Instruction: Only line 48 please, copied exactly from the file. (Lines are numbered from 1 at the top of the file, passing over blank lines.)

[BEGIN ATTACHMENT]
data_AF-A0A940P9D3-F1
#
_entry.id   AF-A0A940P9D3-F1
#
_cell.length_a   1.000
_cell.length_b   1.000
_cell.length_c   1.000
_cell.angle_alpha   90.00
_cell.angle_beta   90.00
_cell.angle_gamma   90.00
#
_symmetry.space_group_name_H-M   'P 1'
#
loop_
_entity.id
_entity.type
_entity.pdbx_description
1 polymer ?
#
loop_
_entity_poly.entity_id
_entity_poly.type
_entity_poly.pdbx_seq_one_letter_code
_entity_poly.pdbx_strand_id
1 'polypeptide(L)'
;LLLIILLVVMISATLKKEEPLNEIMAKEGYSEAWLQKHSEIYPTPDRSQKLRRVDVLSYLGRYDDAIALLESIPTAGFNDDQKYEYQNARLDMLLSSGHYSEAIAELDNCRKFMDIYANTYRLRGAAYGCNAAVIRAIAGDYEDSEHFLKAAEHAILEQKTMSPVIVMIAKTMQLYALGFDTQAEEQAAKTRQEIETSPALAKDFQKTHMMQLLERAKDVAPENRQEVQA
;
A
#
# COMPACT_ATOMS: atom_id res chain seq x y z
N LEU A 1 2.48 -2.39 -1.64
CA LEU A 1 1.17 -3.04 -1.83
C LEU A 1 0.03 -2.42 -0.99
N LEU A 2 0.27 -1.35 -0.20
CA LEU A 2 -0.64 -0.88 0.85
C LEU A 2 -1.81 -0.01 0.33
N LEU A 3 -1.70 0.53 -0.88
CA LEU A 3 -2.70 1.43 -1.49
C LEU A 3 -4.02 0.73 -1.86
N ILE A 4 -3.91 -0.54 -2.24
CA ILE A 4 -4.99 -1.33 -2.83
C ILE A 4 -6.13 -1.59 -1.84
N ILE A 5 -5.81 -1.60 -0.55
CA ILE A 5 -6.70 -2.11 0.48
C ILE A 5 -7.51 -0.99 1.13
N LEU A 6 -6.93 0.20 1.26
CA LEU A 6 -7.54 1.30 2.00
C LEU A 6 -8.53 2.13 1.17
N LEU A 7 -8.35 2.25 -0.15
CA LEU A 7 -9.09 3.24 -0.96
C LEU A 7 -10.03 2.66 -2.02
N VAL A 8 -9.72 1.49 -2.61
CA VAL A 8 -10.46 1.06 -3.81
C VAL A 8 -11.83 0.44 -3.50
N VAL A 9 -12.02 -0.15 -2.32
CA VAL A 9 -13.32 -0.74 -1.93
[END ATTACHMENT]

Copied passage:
C LEU A 6 -8.53 2.13 1.17